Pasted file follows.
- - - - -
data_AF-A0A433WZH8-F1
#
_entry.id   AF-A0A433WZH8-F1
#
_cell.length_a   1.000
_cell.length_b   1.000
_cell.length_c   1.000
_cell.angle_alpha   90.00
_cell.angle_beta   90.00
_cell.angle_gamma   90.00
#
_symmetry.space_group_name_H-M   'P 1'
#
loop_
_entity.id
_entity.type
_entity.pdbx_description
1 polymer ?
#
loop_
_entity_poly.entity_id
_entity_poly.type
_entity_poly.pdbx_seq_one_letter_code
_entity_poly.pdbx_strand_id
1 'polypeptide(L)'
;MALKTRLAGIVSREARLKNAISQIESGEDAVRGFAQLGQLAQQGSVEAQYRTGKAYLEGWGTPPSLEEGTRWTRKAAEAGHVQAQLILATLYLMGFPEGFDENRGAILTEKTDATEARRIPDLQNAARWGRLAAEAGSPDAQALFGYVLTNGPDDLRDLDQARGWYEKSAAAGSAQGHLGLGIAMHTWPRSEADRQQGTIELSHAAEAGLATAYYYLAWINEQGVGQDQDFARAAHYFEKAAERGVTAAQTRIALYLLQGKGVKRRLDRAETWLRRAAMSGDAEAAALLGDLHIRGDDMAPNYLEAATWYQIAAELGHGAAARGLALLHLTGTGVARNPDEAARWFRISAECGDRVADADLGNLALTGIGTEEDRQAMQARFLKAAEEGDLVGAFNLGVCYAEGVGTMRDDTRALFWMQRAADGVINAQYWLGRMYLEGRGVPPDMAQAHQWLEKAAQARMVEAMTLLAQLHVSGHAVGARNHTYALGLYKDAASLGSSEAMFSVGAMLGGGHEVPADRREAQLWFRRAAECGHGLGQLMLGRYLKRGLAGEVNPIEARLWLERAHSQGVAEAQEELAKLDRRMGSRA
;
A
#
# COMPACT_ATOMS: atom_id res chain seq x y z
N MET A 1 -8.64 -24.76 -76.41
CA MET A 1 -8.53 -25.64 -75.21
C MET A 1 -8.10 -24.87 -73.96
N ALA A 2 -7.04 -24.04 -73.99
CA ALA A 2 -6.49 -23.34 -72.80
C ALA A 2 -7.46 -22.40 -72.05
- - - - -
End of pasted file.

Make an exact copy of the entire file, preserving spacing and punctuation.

data_AF-A0A433WZH8-F1
#
_entry.id   AF-A0A433WZH8-F1
#
_cell.length_a   1.000
_cell.length_b   1.000
_cell.length_c   1.000
_cell.angle_alpha   90.00
_cell.angle_beta   90.00
_cell.angle_gamma   90.00
#
_symmetry.space_group_name_H-M   'P 1'
#
loop_
_entity.id
_entity.type
_entity.pdbx_description
1 polymer ?
#
loop_
_entity_poly.entity_id
_entity_poly.type
_entity_poly.pdbx_seq_one_letter_code
_entity_poly.pdbx_strand_id
1 'polypeptide(L)'
;MALKTRLAGIVSREARLKNAISQIESGEDAVRGFAQLGQLAQQGSVEAQYRTGKAYLEGWGTPPSLEEGTRWTRKAAEAGHVQAQLILATLYLMGFPEGFDENRGAILTEKTDATEARRIPDLQNAARWGRLAAEAGSPDAQALFGYVLTNGPDDLRDLDQARGWYEKSAAAGSAQGHLGLGIAMHTWPRSEADRQQGTIELSHAAEAGLATAYYYLAWINEQGVGQDQDFARAAHYFEKAAERGVTAAQTRIALYLLQGKGVKRRLDRAETWLRRAAMSGDAEAAALLGDLHIRGDDMAPNYLEAATWYQIAAELGHGAAARGLALLHLTGTGVARNPDEAARWFRISAECGDRVADADLGNLALTGIGTEEDRQAMQARFLKAAEEGDLVGAFNLGVCYAEGVGTMRDDTRALFWMQRAADGVINAQYWLGRMYLEGRGVPPDMAQAHQWLEKAAQARMVEAMTLLAQLHVSGHAVGARNHTYALGLYKDAASLGSSEAMFSVGAMLGGGHEVPADRREAQLWFRRAAECGHGLGQLMLGRYLKRGLAGEVNPIEARLWLERAHSQGVAEAQEELAKLDRRMGSRA
;
A
#
# COMPACT_ATOMS: atom_id res chain seq x y z
N MET A 1 -8.64 -24.76 -76.41
CA MET A 1 -8.53 -25.64 -75.21
C MET A 1 -8.10 -24.87 -73.96
N ALA A 2 -7.04 -24.04 -73.99
CA ALA A 2 -6.49 -23.34 -72.80
C ALA A 2 -7.46 -22.40 -72.05